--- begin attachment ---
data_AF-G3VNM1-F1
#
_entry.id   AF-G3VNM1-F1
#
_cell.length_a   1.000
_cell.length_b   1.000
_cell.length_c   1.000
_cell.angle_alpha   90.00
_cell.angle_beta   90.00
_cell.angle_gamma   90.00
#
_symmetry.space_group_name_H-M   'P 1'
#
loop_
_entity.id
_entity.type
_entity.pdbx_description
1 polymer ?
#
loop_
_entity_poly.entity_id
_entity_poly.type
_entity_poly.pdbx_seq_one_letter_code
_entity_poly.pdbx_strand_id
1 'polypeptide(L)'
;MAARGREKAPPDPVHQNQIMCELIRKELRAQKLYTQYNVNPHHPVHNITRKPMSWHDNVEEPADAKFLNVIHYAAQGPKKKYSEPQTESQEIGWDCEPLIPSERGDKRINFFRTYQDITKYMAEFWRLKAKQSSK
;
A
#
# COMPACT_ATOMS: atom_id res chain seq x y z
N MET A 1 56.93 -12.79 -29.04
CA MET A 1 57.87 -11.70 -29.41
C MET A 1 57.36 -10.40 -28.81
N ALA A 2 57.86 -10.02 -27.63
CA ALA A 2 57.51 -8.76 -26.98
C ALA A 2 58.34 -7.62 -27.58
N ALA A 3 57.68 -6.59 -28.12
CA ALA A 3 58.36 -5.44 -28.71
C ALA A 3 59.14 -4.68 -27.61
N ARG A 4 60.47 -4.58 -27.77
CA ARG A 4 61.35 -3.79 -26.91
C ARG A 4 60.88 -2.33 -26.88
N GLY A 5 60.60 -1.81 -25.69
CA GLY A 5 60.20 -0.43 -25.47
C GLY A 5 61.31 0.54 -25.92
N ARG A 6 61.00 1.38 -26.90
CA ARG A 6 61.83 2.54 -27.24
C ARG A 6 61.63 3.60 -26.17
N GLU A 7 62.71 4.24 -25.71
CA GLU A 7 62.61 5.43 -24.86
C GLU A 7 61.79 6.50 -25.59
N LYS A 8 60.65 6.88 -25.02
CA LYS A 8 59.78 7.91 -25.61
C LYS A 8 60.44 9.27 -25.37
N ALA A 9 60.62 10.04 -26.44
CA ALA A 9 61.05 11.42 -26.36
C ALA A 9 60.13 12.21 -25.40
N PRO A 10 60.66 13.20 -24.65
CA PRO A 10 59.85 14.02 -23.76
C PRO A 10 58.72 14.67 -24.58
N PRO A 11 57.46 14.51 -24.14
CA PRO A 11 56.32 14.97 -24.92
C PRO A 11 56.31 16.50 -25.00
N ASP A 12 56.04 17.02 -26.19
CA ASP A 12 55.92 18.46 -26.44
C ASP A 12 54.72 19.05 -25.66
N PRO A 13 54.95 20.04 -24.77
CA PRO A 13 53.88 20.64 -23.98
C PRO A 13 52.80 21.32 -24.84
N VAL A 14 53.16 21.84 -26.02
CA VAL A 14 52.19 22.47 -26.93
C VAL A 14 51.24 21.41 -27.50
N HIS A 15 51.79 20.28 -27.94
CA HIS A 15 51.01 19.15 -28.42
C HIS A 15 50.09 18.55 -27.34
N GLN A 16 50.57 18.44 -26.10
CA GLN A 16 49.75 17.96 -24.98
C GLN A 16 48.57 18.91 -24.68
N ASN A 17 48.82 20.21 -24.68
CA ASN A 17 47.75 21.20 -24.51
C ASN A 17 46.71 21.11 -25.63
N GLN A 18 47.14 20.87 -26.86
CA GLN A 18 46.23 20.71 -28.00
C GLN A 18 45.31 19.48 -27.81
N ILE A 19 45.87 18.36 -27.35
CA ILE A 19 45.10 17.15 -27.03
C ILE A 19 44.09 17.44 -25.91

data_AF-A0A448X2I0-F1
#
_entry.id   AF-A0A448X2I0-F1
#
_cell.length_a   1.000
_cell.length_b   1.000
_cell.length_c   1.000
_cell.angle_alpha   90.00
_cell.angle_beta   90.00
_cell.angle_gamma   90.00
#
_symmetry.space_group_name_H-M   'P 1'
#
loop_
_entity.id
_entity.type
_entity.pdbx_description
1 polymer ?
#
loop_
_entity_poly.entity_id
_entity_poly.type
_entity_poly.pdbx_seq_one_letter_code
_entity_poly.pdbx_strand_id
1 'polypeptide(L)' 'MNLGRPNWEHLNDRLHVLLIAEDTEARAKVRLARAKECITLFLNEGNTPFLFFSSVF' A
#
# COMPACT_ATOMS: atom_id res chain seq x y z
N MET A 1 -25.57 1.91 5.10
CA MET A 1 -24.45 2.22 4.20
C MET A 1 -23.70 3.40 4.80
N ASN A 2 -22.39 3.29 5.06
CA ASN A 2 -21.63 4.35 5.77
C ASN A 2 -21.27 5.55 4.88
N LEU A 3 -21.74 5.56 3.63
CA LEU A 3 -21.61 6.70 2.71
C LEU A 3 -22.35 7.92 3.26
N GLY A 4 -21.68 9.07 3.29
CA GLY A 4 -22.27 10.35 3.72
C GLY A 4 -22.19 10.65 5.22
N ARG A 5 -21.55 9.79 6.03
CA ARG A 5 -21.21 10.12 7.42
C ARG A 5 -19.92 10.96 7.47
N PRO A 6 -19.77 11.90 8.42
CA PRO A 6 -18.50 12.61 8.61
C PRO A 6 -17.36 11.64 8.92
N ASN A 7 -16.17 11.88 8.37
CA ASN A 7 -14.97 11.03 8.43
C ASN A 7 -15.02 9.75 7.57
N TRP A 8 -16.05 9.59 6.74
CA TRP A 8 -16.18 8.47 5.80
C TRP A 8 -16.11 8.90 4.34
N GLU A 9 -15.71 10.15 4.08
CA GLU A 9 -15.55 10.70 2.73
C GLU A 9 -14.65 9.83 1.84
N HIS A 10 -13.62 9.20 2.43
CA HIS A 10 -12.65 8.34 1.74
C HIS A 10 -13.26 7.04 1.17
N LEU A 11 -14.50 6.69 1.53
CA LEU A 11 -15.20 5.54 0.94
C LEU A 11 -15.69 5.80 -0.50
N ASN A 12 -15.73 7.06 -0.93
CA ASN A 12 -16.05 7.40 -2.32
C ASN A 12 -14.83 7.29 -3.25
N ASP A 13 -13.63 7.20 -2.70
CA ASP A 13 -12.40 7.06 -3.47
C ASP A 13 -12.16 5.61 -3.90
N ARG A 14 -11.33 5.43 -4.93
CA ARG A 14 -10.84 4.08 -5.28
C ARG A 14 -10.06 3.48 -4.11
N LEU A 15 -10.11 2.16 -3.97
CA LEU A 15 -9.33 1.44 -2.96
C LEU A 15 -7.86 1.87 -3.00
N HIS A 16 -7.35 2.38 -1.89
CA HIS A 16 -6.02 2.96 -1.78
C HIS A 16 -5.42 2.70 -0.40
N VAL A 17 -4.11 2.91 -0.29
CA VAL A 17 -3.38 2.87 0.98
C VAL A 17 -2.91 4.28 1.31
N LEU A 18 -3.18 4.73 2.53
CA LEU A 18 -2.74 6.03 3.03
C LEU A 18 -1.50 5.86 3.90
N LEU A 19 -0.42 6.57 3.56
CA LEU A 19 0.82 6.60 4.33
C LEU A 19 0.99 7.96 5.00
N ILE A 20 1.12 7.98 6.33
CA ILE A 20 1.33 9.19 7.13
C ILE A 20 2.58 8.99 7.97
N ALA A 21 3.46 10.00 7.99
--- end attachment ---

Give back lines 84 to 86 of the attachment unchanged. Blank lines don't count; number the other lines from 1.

C GLN A 18 45.31 19.48 -27.81
N ILE A 19 45.87 18.36 -27.35
CA ILE A 19 45.10 17.15 -27.03